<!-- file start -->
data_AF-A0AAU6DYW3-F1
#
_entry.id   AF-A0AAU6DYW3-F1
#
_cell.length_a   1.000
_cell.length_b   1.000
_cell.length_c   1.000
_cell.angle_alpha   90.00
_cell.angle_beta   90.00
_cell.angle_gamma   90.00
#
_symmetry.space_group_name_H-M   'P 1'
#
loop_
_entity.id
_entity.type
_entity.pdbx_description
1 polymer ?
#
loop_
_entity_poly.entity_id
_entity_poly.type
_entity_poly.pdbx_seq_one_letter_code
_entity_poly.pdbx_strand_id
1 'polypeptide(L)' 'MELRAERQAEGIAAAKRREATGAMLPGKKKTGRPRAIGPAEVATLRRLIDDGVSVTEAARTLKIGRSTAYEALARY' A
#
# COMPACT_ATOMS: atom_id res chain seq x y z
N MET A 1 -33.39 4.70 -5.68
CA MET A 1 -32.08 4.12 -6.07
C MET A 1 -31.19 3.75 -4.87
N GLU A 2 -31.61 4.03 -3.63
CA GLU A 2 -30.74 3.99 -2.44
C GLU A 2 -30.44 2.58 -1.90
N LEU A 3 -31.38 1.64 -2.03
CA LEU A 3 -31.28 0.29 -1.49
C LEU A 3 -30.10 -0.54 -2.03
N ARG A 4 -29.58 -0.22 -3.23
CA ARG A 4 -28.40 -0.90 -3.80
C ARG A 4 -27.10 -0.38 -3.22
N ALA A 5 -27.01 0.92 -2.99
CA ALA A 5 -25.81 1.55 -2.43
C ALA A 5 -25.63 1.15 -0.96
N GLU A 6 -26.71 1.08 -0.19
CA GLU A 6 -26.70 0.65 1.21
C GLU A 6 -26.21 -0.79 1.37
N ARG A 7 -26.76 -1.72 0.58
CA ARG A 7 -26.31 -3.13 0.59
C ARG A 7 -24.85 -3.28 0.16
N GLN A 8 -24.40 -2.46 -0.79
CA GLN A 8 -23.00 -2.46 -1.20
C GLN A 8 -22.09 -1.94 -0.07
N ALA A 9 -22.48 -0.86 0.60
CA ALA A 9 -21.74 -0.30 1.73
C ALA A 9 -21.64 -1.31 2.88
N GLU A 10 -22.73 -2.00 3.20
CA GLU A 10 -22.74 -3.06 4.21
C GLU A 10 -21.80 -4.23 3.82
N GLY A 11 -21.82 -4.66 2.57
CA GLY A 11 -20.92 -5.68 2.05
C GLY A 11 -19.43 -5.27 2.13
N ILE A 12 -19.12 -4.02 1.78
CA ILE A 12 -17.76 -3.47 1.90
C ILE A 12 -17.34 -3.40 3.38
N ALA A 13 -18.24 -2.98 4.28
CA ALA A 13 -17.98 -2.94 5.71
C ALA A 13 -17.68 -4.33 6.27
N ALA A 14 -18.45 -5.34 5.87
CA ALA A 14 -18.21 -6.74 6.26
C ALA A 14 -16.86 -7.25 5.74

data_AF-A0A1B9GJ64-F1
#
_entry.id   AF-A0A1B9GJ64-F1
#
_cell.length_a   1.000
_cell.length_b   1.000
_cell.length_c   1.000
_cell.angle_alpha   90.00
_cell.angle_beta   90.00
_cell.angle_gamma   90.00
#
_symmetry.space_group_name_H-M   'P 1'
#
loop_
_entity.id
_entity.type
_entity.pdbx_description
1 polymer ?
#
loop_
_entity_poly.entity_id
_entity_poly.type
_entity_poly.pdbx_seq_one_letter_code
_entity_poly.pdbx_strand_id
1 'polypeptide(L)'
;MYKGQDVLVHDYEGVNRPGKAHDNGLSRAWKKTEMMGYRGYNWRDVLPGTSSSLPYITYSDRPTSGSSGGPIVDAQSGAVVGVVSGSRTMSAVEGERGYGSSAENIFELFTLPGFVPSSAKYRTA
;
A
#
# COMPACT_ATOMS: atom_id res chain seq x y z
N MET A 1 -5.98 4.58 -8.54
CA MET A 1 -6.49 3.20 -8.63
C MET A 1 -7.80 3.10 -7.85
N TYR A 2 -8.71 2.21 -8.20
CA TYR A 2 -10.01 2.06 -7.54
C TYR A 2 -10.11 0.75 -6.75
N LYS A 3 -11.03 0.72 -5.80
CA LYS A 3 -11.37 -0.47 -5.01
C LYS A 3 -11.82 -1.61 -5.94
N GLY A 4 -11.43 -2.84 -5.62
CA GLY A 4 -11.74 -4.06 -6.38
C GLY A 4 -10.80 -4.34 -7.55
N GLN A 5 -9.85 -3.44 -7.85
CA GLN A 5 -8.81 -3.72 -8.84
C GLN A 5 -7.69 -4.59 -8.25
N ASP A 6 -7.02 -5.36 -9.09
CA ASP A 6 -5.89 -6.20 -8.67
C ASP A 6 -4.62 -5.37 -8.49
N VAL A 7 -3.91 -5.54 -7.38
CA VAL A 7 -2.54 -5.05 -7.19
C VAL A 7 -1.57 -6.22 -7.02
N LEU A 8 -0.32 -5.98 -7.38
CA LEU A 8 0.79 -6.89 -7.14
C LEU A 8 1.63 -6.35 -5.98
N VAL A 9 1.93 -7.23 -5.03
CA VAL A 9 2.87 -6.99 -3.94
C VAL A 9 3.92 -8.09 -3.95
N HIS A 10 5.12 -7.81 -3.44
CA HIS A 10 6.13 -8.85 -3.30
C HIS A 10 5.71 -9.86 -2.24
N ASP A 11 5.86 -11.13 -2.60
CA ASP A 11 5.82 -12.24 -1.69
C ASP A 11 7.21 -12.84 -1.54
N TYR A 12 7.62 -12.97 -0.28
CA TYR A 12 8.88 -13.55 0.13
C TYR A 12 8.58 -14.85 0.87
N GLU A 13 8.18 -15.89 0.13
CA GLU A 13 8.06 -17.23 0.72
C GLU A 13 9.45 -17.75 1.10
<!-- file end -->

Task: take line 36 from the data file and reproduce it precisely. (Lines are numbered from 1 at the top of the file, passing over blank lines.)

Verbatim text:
C LEU A 3 -30.10 -0.54 -2.03